Figure 12-74.Types of bearing piles.
fairly soft soil that provides frictional resistance and
then into a form layer which develops a load-carrying
capacity by both end bearing and friction over a rather
short length of embedment (fig. 12-74).
7. Batter piles. Piles driven at an angle with the
vertical are called batter piles. They resist lateral or
incline loads when such loads are huge or when the
foundation material immediately beneath the structure
fails to resist the lateral movement of vertical piles.
They also may be used if piles are driven into a
compressible soil to spread vertical loads over a large
area thereby reducing final settlement. They may be
used alone (battered in opposite directions) or with
8. Anchor piles. An anchor pile may be used to
anchor bulkheads, retaining walls, and guy wires. They
resist tension or uplift loads (fig. 12-75).
9. Dolphin piles.
As shown in figure 12-75,
dolphin piles are a group of piles driven close together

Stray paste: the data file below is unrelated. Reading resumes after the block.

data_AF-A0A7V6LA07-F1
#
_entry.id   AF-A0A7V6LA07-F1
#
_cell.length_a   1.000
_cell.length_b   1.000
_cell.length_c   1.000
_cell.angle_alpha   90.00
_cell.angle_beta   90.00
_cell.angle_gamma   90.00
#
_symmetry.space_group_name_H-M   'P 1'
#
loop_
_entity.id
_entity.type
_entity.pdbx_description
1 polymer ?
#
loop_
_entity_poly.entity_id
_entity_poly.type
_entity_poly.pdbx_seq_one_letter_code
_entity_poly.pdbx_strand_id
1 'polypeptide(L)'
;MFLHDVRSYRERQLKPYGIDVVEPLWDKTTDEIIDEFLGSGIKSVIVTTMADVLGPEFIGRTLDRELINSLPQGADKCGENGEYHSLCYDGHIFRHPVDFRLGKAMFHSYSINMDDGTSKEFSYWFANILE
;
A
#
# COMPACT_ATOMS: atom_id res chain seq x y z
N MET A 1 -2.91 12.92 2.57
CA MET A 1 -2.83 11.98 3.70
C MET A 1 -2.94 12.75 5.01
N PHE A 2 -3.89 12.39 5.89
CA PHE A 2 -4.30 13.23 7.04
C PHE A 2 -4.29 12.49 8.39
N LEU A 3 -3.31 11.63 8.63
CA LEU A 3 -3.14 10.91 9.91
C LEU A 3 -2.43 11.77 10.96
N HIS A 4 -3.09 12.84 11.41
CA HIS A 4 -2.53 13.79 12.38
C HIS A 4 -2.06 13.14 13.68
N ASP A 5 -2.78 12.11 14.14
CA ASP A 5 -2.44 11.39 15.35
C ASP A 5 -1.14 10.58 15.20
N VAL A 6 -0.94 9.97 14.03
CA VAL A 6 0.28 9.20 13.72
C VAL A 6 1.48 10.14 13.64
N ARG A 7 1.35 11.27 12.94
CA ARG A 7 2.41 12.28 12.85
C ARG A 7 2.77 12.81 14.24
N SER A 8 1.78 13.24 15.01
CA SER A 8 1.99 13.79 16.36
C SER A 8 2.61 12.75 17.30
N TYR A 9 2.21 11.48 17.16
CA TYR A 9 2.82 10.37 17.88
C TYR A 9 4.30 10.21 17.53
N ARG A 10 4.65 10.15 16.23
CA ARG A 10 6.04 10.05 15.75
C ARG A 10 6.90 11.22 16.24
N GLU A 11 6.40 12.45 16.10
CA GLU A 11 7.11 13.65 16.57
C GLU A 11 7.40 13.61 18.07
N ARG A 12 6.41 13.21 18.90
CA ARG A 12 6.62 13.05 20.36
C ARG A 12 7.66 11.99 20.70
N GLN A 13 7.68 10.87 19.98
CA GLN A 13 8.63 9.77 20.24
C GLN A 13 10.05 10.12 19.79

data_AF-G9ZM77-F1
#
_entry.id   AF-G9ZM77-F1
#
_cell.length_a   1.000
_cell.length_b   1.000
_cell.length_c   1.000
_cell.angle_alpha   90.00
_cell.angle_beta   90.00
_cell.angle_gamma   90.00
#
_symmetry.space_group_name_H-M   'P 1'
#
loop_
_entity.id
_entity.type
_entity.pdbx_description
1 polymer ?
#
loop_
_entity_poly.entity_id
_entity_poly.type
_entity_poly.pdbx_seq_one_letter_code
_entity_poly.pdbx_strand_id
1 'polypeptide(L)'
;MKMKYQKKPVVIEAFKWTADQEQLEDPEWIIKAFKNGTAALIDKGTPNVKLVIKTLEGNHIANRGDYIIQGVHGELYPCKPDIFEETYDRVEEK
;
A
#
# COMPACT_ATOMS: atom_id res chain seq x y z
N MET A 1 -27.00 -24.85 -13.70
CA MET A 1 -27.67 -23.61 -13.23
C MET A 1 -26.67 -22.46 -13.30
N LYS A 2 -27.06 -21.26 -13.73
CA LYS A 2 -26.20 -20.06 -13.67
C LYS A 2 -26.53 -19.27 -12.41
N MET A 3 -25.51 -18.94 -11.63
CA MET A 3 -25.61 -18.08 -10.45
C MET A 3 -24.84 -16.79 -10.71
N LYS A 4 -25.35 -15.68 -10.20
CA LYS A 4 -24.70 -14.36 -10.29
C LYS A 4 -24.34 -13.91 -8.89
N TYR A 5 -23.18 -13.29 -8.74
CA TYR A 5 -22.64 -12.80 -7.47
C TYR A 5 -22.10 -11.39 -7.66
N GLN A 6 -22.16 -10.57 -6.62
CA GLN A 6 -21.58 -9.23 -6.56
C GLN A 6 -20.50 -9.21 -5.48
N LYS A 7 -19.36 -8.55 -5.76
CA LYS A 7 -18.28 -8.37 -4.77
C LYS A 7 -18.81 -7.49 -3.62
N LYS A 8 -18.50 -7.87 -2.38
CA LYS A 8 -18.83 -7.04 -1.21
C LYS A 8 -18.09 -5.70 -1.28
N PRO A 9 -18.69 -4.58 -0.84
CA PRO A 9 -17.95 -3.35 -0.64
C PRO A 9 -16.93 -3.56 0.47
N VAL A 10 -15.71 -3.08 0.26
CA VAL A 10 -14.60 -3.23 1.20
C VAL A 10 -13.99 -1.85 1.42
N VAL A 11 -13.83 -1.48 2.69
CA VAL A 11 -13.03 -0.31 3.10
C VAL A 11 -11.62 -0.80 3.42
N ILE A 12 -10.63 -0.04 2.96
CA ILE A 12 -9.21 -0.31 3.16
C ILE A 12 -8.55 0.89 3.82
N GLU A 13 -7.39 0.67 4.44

in water and tied together so that the group will
withstand lateral forces, such as boats and other floating
10. Fender piles. As shown in figure 12-75, fender
piles are driven in front of a structure to protect it from
11. Foot of pile. As shown in figure 12-75, the foot
of a pile is the lower end of a driven pile, which is the
12. Guide piles. Piles used as a guide for driving
other piles or serving as a support as a wale for
13. Pile bent. Two or more piles driven in a row
transverse to the long dimension of the structure and are
fastened together by capping and (sometimes) bracing.
14. Pile foundation. A group of piles used to support
a column or pier, a row of piles under a wall, or a number
of piles distributed over a large area to support a mat
15. Pile group. A number of bearing piles driven
close together to form a pile foundation.
16. Test piles. A pile driven to determine driving
conditions and probable required lengths; one on which
a loading test may also be made to find its load
settlement properties and the carrying capacity of the
soil and as a guide in designing pile foundations.
17. Timber piles.
Common timber piles are
usually straight tree trunks cut off aboveground
swell, trimmed of branches, and the bark removed.
A good timber pile has the following charac-
It is free of sharp bends, large or loose knots,
splits or decay.
It has a straight line between centers of the butt
and tip and lies within the body of the pile.
It has a uniform taper from butt to tip.